He said that if the successful officials can be rewarded in addition to punishing the failed officials, the project implementation will speed up and the budget implementation will also be accelerated.

Dr Ahsan H Mansur said the entire implementation of the budget will not be possible due to the financial crisis in addition to inefficiency in implementing the projects.

He said that even as of 11 months of the fiscal year, the NBR is lagging behind in tax collection by a large margin. 

“NBR's tax collection will be at least Tk25,000 crore short of the target in the outgoing fiscal and it would be difficult to achieve a growth over 17% overcoming this shortfall,” he said.

He also said that aggregate domestic demand is decreasing due to inflation. The government also implemented an import restriction policy due to the dollar crisis. Due to all these reasons, it will be difficult to increase the collection of VAT and import tax.

Commenting that it will be difficult to increase the implementation of ADP due to the contractionary policy, he further said that the foreign aid exemption for the implementation of the project is also not increasing.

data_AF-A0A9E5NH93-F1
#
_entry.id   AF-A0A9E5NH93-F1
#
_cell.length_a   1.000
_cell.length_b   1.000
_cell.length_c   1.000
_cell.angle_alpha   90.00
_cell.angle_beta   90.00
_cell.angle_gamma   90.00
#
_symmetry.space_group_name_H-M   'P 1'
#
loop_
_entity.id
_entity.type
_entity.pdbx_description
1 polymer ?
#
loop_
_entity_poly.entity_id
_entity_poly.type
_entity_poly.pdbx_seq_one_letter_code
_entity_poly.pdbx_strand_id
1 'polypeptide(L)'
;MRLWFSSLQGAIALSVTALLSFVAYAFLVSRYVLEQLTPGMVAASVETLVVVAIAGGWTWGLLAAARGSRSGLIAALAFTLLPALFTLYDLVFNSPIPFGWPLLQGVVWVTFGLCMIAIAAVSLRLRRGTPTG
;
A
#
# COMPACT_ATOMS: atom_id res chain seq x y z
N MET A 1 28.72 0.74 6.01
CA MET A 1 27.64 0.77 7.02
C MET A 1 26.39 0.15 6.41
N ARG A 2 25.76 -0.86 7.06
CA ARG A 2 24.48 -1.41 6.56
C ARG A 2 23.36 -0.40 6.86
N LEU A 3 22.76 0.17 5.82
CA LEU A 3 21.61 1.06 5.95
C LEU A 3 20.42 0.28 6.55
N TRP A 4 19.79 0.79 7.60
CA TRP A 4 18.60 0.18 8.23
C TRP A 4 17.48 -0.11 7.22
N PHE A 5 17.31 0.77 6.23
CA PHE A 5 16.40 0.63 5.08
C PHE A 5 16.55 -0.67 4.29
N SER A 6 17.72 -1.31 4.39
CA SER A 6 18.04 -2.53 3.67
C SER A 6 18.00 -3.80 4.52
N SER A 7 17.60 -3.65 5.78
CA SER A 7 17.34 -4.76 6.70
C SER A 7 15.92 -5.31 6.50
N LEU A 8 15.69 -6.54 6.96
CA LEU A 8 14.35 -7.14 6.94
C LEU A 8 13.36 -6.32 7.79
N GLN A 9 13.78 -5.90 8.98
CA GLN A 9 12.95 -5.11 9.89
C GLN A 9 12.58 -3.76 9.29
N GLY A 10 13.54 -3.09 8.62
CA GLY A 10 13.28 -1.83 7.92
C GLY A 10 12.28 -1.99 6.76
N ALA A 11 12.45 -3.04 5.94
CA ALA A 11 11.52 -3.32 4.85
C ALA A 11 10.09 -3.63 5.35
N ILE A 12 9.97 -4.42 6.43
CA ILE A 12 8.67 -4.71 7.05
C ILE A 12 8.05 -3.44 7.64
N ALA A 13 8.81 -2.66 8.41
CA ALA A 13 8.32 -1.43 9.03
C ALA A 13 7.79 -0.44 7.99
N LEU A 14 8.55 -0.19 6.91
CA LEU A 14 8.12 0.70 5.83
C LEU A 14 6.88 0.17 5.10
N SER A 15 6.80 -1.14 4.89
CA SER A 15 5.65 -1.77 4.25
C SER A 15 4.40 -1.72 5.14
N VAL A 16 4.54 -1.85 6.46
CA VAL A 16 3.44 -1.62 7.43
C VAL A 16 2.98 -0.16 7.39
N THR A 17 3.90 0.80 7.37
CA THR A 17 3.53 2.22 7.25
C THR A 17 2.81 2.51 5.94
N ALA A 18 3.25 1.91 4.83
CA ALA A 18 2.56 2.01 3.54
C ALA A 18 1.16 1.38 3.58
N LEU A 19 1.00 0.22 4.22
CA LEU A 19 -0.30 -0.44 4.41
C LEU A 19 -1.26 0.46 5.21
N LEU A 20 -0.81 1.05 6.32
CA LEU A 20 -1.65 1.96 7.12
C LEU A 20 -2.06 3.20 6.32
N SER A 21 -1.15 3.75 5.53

“All in all, implementing the budget of Tk7,97,000 crore will be a big challenge,” he said.

16.12% average deviation in budget implementation 

The government has been able to spend only 83.88% of the budget allocation in the last 12 years from FY 2011-12. That is, for every Tk100 allocated, Tk16.12 remained unutilised.

However, the budget implementation rate decreased by 8.55 percentage points from 93.18% to 80.31% at the same time.

In FY2013-14, the budget implementation rate fell to 84.59% - a big drop from over 90% in the previous fiscal. 

The rate fell to 80.31% in FY2019-20 due to several lockdowns in the COVID-19 pandemic. 

While the budget implementation rate rose to around 86% in the fiscal year 2011-22, and it declined continuously in the following two years.